connect to local and global networks for support and advocacy


Like Camila in Bosnia, Mehria and WfWI graduates

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They call themselves “Agaseke”. It’s because they had “a vision ahead of them,” they explain, as they sit together weaving baskets and making beads.

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This week, people across Rwanda are coming together to remember the terrible genocide 21 years ago, and to stand together for the future of their country.

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What does a global women's empowerment organization have to do with the NCAA March Madness tournament? More than you might think! 

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From WfWI trainer to Provincial Council Member in Parwan, Afghanistan, Hosai Bayani’s unlikely journey demonstrates the impact women leaders are having on a changing country.

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Before joining the WfWI training program in 2006, Huma didn’t get out much – she cared for her children, her home, and the cows that were the main source of income for her family.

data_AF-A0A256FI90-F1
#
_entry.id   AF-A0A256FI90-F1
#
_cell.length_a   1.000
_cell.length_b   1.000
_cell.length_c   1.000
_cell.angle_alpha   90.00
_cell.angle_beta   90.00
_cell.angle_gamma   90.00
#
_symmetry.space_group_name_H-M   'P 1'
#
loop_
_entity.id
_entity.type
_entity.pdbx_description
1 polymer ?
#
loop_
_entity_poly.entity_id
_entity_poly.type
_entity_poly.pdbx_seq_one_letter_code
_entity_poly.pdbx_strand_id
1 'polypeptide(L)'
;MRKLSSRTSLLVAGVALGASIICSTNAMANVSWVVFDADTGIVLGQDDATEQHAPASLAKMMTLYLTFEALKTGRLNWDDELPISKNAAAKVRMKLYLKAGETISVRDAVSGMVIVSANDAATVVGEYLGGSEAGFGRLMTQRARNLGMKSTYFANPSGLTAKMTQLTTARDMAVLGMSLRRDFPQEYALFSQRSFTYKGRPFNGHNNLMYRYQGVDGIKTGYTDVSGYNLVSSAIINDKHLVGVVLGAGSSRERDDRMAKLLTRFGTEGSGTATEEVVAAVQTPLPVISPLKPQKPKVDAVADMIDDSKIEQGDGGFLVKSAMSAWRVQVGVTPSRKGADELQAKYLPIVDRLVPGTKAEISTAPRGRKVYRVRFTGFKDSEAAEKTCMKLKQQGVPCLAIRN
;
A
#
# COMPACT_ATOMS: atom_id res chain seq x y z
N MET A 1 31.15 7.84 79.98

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War has almost always been a part of Regina’s life. It forced her to drop out of school, led her to flee to the Democratic Republic of the Congo with her family, and even took the life of one of her eight children.

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Edita Veseli, a Life Skills manager for WfWI-Kosovo, shares the story of how women in the program inspire her and each other.

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When her husband died suddenly a few years ago, Roseline, age 50, knew she needed to find a way to support their eight children on her own.

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Like Camila in Bosnia, Mehria and WfWI graduates

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